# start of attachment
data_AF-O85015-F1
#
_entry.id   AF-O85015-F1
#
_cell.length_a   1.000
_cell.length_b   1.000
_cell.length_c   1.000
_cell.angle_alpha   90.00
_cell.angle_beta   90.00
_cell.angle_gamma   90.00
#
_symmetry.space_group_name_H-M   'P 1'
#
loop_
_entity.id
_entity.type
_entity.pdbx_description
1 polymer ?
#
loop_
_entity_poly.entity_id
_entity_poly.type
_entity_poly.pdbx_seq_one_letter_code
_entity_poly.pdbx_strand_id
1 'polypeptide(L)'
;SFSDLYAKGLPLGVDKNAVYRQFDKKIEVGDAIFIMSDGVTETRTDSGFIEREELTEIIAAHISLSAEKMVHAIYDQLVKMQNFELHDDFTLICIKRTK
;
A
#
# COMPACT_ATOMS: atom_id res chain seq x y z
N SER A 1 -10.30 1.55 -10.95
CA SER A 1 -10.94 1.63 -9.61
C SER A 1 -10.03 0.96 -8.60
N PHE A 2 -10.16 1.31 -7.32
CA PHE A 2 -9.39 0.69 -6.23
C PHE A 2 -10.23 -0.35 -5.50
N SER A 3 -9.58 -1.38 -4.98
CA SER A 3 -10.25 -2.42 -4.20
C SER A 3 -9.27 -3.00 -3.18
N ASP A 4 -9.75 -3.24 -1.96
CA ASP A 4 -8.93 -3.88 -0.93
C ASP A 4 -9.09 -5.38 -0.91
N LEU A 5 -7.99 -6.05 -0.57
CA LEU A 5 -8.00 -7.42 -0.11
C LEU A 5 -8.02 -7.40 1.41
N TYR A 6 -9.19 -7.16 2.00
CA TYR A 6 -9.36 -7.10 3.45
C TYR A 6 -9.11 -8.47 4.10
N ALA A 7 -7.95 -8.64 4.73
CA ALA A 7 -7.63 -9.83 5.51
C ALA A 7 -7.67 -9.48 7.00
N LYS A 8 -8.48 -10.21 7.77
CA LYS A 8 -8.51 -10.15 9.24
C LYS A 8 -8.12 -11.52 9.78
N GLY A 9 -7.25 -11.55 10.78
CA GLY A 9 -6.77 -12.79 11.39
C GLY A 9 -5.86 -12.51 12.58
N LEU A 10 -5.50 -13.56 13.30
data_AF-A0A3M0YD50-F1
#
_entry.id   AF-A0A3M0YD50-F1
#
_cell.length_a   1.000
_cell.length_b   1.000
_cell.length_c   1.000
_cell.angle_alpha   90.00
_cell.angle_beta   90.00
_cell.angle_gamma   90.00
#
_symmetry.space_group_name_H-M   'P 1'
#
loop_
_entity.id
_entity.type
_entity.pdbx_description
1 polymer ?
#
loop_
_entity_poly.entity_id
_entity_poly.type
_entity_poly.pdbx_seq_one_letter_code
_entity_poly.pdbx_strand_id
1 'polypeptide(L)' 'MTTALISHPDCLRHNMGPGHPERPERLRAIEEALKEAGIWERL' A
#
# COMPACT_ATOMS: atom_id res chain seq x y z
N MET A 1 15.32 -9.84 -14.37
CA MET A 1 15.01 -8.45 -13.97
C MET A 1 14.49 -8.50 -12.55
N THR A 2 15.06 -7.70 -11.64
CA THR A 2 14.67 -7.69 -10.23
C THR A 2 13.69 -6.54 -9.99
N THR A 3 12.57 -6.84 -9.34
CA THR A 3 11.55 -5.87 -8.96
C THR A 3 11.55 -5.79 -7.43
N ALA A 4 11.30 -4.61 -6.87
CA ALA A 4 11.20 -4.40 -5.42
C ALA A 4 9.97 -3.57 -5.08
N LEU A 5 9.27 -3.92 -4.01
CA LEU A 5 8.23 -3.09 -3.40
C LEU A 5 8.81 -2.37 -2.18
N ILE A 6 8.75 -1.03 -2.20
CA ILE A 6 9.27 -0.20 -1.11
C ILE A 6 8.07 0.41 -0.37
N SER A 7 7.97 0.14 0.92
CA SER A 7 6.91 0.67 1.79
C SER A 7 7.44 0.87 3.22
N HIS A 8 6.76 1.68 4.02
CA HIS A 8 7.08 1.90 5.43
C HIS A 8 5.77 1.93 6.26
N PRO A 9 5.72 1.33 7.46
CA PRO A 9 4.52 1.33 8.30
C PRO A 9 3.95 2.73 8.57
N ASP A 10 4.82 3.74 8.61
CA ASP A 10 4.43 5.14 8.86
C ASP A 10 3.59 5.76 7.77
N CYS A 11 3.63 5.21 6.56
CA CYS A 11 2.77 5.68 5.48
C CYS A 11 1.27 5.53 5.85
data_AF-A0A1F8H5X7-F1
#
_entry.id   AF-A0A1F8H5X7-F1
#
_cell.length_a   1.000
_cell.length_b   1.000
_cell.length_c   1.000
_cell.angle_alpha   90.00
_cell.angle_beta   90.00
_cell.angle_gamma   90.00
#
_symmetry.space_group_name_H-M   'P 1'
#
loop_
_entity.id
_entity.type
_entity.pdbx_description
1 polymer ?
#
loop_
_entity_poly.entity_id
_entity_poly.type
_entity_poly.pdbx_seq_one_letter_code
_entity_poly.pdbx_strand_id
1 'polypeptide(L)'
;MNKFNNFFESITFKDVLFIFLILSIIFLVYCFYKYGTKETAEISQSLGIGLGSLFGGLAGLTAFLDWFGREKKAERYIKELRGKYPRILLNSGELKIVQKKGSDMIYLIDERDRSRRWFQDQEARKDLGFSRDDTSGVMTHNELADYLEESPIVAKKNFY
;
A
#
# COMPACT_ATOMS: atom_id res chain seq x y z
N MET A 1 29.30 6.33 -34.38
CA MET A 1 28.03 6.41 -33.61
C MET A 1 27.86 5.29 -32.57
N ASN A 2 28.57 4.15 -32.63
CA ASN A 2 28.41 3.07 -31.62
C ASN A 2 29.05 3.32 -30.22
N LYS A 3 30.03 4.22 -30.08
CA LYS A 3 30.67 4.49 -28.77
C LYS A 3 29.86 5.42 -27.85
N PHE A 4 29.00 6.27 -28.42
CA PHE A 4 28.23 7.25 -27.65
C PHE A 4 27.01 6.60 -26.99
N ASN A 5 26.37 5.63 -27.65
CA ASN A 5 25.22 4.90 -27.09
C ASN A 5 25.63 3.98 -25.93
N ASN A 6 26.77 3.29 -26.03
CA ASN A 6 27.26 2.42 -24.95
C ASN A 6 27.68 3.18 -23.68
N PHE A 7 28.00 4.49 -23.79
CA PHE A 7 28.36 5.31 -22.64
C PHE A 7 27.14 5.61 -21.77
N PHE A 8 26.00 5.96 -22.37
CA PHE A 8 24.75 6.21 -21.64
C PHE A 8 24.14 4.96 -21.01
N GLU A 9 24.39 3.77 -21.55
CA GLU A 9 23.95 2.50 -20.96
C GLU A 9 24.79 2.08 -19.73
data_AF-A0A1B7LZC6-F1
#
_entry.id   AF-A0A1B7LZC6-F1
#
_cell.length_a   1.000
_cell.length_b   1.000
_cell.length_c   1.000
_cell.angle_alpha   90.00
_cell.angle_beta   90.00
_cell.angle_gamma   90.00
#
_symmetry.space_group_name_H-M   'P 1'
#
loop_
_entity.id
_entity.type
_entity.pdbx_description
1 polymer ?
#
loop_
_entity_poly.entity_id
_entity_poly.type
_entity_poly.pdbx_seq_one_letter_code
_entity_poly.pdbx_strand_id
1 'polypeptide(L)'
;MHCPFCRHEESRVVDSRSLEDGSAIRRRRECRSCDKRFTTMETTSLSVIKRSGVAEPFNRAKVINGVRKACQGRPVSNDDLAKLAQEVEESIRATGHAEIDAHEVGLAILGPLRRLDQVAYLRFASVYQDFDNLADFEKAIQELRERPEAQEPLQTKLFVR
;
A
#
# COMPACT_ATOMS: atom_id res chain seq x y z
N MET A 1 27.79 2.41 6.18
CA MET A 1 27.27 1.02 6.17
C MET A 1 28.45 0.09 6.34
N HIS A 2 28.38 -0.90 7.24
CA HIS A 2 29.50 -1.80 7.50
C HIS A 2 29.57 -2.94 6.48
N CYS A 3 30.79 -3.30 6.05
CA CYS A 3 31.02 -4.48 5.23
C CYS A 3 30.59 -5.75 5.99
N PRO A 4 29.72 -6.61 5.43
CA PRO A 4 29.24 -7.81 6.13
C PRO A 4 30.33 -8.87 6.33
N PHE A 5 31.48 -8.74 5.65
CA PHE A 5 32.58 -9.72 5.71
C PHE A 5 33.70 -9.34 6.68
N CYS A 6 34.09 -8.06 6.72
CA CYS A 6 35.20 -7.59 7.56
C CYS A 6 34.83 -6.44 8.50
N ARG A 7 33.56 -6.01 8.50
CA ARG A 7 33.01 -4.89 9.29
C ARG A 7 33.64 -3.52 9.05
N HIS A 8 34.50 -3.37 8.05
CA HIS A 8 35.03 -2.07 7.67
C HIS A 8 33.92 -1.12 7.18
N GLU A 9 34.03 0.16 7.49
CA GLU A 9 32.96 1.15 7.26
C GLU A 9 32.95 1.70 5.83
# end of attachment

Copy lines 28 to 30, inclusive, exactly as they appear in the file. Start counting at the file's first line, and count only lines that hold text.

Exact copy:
A
#
# COMPACT_ATOMS: atom_id res chain seq x y z